(215) 995-2543

Bankruptcy Relief and Small Businesses

First, is the business a corporation, a partnership, or a proprietorship?

  • Proprietorships are just an extension of the owner meaning, a bankruptcy cann not be filed on behalf of the proprietorship alone, meaning the proprietor (individual owners(s) must file bankruptcy.  The bankruptcy will look into the assets and liabilities of the individual owner as an extension of the business itself.  The individual owner may file a Chapter 7 Bankruptcy, Chapter 11 Bankruptcy or Chapter 13 Bankruptcy.

Advantages and disadvantages to corporate reorganization under Chapter 11 Bankruptcy.

  • Reorganization can’t create a market; increase gross revenue, or make up for a poor fit between the skills available and the skills required to run the business.
  • Reorganization could free up cash from servicing the old debt to permit current operations; permit rejection of leases or contracts that are no longer advantageous (an expensive facility lease or improvident equipment purchase); or prevent the loss of vital assets or cash to creditor collection actions.

Bankruptcy reorganization in Chapter 11 requires significant time on the part of the owners and managers to comply with the requirements of the bankruptcy system, interface with counsel, and negotiate with creditors.  The “bankruptcy bargain” is that, in exchange for the protection of the bankruptcy protections, including the automatic stay, the debtor provides full disclosure of its financial condition to creditors and the court, both at the beginning of the case and on a monthly basis thereafter,  and operates as a fiduciary for its creditors while the bankruptcy is ongoing.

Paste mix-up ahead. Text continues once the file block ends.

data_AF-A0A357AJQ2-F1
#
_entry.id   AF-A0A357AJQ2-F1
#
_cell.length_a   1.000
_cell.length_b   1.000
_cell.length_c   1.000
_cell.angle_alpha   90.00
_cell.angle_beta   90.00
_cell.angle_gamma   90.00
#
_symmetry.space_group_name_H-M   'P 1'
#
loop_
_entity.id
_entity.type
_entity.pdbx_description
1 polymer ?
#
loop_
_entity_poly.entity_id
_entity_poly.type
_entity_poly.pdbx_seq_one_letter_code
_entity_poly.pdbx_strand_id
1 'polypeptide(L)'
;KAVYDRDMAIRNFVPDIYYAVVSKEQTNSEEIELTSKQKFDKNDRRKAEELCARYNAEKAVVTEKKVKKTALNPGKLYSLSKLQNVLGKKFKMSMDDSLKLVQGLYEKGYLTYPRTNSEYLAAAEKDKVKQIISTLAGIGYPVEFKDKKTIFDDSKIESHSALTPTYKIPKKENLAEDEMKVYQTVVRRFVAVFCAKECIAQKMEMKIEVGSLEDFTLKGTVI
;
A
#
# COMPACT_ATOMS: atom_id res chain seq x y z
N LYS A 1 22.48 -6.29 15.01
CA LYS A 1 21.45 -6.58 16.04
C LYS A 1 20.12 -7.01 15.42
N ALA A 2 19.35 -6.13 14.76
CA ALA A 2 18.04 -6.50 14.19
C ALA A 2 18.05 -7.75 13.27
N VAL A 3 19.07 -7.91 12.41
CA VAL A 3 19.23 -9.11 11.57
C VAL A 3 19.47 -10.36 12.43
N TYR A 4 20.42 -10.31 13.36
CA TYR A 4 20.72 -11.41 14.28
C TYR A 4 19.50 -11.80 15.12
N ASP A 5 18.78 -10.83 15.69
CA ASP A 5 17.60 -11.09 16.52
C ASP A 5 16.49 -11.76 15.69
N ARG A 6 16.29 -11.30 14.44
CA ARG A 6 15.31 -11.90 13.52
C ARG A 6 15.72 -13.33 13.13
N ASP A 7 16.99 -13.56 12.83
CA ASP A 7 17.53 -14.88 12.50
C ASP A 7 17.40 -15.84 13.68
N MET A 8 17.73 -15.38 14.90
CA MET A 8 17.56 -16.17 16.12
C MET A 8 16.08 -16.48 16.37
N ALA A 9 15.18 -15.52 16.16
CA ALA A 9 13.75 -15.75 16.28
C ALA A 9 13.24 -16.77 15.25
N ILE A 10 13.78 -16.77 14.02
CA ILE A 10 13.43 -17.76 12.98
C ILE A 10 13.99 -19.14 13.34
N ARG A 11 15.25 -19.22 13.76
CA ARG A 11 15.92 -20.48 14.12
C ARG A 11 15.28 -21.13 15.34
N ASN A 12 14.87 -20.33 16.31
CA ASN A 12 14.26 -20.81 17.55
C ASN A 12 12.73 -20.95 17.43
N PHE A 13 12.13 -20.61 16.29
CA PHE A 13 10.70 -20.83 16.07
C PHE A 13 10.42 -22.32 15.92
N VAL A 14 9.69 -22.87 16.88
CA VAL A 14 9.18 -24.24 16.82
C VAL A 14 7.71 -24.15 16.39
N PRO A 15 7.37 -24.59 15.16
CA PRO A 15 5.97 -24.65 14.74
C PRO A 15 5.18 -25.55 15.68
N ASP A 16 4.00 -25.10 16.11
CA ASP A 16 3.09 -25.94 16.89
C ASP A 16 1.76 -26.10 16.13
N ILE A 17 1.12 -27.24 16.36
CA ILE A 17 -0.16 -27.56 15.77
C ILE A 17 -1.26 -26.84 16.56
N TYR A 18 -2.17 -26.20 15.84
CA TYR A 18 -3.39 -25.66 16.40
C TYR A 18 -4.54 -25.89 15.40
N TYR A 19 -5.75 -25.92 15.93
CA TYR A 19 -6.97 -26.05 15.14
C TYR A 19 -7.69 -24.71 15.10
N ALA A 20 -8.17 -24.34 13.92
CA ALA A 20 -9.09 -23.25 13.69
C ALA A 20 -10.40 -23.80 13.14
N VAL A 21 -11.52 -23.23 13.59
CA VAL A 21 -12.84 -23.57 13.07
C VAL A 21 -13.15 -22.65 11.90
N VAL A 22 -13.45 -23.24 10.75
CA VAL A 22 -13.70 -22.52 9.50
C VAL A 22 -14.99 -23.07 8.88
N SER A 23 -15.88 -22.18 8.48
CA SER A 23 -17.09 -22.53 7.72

Businesses that require little capital, have few assets, or are really just extensions of the owner’s skills and personality are ones that it may not pay to reorganize.  The owners may be better off liquidating the business, in or out of bankruptcy, and starting over in a fresh entity.

When Chapter 7 is best

A Chapter 7, whether for the individual or a corporation, may be the best choice when

  • The business has no future,
  • It has no substantial assets or qualities that cannot be reproduced after bankruptcy,  or
  • The debts are so overwhelming that restructuring them is not feasible.

If there are any general questions or topics you would like to read about relating to bankruptcy law in the Philadelphia, Pennsylvania region, you may contact the Philadelphia Bankruptcy Lawyers at Sadek Law Offices, LLC at 215-545-0008 or email [email protected]. Thank you.